The pulpit, the reading desk, the communion table and organ gallery to be hung with “Black Broad Cloth.” The vestry of St. Michael’s is requested to have the Bells of that church tolled muffled during the funeral procession.
That the Rev. Dalcho be requested to read the funeral service and the Rev. Doctor Percy to deliver a funeral oration on the melancholy occasion.
Dr. Dalcho resigned from St. Paul’s Stono Church and on February 2, became assistant minister at St. Paul’s Radcliffeborough located in Charleston, South Carolina.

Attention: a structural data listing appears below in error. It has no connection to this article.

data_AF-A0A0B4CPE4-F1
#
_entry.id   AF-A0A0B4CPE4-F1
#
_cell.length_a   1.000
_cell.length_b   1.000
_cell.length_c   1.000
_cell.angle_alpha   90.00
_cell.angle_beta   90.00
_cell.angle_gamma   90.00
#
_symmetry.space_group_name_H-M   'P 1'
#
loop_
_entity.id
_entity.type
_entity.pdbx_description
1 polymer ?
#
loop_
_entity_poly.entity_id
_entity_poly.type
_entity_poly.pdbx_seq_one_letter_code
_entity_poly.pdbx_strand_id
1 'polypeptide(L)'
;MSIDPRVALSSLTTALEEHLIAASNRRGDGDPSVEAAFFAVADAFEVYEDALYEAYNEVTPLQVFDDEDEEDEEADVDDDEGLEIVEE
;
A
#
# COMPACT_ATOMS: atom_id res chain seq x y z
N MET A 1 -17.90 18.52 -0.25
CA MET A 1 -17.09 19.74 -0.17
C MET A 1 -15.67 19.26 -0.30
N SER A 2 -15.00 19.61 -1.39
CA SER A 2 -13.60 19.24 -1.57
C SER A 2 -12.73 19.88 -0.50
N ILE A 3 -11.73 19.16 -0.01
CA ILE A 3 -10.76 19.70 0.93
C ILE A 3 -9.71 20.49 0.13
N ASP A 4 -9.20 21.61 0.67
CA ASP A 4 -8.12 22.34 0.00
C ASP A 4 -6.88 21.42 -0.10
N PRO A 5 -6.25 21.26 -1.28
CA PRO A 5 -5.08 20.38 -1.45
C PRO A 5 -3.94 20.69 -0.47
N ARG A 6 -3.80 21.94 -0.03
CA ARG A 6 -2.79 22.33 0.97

Dr. Dalcho publishes a book on the theological works titled; A Letter On Public Baptism As Established By “The Protestant Episcopal Church in the United States of America This work was produced after some parish members asked Dr. Dalcho to perform a private Baptism in their home for their children. Due to the rules and regulations of the church he could not honor this request that was asked of him. At the end of his letter Dr. Dalcho made the following statement in hopes that the individuals would understand why he had to turn down their request; From this exposition of the Rubrics of the Church, and of the duties of the Clergy, I flatter myself, my Dear Sir, you will be satisfied that I have acted from a sense of duty in refusing to comply with your request. And I trust you will do me the justice to believe, that no other motive could have influenced me in the discharge of the Sacred Office, or have induced me to oppose the wishes of my friends. I am, Dear Sir, Yours, &c.